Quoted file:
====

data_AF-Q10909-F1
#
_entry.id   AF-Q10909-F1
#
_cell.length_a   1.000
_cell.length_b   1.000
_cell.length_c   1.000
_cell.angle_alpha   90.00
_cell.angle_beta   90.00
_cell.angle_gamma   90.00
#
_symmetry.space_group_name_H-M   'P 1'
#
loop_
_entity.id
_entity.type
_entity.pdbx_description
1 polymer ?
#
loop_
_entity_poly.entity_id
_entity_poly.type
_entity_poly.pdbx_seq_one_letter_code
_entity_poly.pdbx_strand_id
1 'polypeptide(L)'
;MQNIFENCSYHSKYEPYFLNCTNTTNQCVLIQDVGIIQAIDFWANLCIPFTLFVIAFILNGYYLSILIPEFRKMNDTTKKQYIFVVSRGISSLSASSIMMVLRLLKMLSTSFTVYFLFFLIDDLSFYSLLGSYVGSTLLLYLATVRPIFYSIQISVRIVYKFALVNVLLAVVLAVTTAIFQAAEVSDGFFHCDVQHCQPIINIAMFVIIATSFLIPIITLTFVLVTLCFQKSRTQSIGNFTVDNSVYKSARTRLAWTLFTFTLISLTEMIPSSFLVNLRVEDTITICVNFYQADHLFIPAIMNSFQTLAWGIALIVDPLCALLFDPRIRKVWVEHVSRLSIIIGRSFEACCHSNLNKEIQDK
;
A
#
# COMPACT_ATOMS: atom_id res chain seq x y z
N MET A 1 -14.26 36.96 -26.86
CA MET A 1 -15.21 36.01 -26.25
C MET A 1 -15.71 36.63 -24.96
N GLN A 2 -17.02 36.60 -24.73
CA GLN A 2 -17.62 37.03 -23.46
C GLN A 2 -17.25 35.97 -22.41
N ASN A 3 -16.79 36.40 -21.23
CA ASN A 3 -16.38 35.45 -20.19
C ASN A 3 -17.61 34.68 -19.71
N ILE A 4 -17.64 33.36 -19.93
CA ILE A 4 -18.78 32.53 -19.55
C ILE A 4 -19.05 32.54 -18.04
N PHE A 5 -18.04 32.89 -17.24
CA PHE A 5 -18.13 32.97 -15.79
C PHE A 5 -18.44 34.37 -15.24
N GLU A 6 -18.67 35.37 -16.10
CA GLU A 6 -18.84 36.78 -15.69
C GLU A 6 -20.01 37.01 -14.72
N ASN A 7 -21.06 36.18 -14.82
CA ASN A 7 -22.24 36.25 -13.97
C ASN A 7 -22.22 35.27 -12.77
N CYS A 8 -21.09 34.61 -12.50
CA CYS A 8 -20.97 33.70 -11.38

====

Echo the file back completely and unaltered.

data_AF-Q10909-F1
#
_entry.id   AF-Q10909-F1
#
_cell.length_a   1.000
_cell.length_b   1.000
_cell.length_c   1.000
_cell.angle_alpha   90.00
_cell.angle_beta   90.00
_cell.angle_gamma   90.00
#
_symmetry.space_group_name_H-M   'P 1'
#
loop_
_entity.id
_entity.type
_entity.pdbx_description
1 polymer ?
#
loop_
_entity_poly.entity_id
_entity_poly.type
_entity_poly.pdbx_seq_one_letter_code
_entity_poly.pdbx_strand_id
1 'polypeptide(L)'
;MQNIFENCSYHSKYEPYFLNCTNTTNQCVLIQDVGIIQAIDFWANLCIPFTLFVIAFILNGYYLSILIPEFRKMNDTTKKQYIFVVSRGISSLSASSIMMVLRLLKMLSTSFTVYFLFFLIDDLSFYSLLGSYVGSTLLLYLATVRPIFYSIQISVRIVYKFALVNVLLAVVLAVTTAIFQAAEVSDGFFHCDVQHCQPIINIAMFVIIATSFLIPIITLTFVLVTLCFQKSRTQSIGNFTVDNSVYKSARTRLAWTLFTFTLISLTEMIPSSFLVNLRVEDTITICVNFYQADHLFIPAIMNSFQTLAWGIALIVDPLCALLFDPRIRKVWVEHVSRLSIIIGRSFEACCHSNLNKEIQDK
;
A
#
# COMPACT_ATOMS: atom_id res chain seq x y z
N MET A 1 -14.26 36.96 -26.86
CA MET A 1 -15.21 36.01 -26.25
C MET A 1 -15.71 36.63 -24.96
N GLN A 2 -17.02 36.60 -24.73
CA GLN A 2 -17.62 37.03 -23.46
C GLN A 2 -17.25 35.97 -22.41
N ASN A 3 -16.79 36.40 -21.23
CA ASN A 3 -16.38 35.45 -20.19
C ASN A 3 -17.61 34.68 -19.71
N ILE A 4 -17.64 33.36 -19.93
CA ILE A 4 -18.78 32.53 -19.55
C ILE A 4 -19.05 32.54 -18.04
N PHE A 5 -18.04 32.89 -17.24
CA PHE A 5 -18.13 32.97 -15.79
C PHE A 5 -18.44 34.37 -15.24
N GLU A 6 -18.67 35.37 -16.10
CA GLU A 6 -18.84 36.78 -15.69
C GLU A 6 -20.01 37.01 -14.72
N ASN A 7 -21.06 36.18 -14.82
CA ASN A 7 -22.24 36.25 -13.97
C ASN A 7 -22.22 35.27 -12.77
N CYS A 8 -21.09 34.61 -12.50
CA CYS A 8 -20.97 33.70 -11.38